Monday, September 19, 2005

When to remove partisanship from partisan elections

One last reaction to the Carter-Baker report.

I agree with Mike Alvarez, Thad Hall, and Rick Hasen: the CB call for non-partisan election administrators is a good idea. It would be simple to implement, and in fact should save money in those many states and localities that elect such officials. It will enhance professional growth and development in this very important area. And it ought to result in more competent election administration.

What occurs to me is that this proposal is in the same spirit as calls for non-partisan redistricting commissions (for instance, Prop 77 in California), a position my totally unscientific survey and conversations with political science colleagues says is the conventional wisdom among scholars.

Many bemoan the growth of partisan polarization in the US Congress and many state legislatures, and somehow want to get parties out of politics. Here in Oregon, we're going to vote on a top-2 primary system in 2006; there is another proposal for a non-partisan legislature that may also make it to the ballot.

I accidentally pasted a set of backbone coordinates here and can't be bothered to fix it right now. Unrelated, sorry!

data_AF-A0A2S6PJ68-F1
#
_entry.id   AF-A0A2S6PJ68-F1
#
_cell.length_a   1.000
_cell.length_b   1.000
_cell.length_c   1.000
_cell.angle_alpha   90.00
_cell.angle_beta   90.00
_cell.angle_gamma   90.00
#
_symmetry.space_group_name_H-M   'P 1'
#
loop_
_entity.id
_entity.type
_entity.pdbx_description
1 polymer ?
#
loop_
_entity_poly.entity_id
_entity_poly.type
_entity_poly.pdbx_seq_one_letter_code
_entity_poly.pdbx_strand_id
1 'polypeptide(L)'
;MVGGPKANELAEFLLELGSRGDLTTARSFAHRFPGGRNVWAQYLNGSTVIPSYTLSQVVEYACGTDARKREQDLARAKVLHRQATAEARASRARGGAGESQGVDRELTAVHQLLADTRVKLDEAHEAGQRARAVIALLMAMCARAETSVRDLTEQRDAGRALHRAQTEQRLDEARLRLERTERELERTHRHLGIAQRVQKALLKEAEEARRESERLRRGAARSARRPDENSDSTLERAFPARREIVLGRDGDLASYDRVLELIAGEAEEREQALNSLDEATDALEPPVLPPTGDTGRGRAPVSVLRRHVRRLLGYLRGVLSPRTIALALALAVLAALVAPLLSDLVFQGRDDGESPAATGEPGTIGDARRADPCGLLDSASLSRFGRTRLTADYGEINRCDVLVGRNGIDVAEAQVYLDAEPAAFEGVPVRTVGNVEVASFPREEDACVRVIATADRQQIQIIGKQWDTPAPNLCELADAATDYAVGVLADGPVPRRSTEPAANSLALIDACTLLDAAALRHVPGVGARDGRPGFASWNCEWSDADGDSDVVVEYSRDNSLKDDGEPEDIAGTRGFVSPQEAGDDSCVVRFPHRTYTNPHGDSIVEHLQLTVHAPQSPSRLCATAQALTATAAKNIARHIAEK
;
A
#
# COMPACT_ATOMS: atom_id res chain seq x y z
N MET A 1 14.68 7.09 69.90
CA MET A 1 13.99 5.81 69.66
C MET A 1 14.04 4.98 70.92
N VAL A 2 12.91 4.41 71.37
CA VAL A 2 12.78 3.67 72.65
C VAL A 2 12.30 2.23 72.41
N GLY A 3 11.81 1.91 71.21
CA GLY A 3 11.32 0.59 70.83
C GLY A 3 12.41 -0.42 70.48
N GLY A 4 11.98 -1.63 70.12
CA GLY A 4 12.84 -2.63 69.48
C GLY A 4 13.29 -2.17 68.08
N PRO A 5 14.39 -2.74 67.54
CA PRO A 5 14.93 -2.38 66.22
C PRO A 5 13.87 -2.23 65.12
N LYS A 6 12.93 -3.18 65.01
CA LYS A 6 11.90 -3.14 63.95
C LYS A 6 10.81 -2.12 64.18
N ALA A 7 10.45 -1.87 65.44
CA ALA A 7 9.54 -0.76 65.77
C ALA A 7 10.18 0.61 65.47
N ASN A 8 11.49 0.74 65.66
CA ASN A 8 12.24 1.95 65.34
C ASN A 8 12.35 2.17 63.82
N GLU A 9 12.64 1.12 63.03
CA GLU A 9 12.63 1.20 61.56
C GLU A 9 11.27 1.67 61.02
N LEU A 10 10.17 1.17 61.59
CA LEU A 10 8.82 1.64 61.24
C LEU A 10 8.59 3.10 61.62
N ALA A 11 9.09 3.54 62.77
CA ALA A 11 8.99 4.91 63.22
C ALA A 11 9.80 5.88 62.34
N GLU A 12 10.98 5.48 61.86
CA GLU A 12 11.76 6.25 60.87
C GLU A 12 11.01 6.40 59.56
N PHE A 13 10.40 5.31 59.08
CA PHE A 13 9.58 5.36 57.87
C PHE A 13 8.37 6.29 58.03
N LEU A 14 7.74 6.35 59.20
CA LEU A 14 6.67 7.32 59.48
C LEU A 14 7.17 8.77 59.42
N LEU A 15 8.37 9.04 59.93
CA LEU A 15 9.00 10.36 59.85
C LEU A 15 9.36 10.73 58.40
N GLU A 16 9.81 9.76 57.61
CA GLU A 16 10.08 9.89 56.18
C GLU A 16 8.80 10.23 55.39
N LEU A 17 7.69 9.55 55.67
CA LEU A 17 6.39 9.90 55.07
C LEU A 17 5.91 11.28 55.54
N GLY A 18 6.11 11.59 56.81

Non-partisan redistricting commissions, one that would draw lines without respect to incumbency, but would honor existing communities of interest, is a better solution. This way, we'd avoid politicians who draw lines only to benefit their own party or their own political position. We'd stop the practice of cutting up cities and neighborhoods just to allocate particular types of voters. And I suspect, even in the short run, elections would become more competitive and we'd see fewer partisan extremists.

Yes, some areas of the country have become reliably Republican or Democratic, and there is no way to force a competitive two party election in those areas. But in a state like Oregon, there is no reason that we should not have four or even five competitive contests each cycle.

We can't remove parties from politics, but that doesn't mean we can't help make party politics more competitive.


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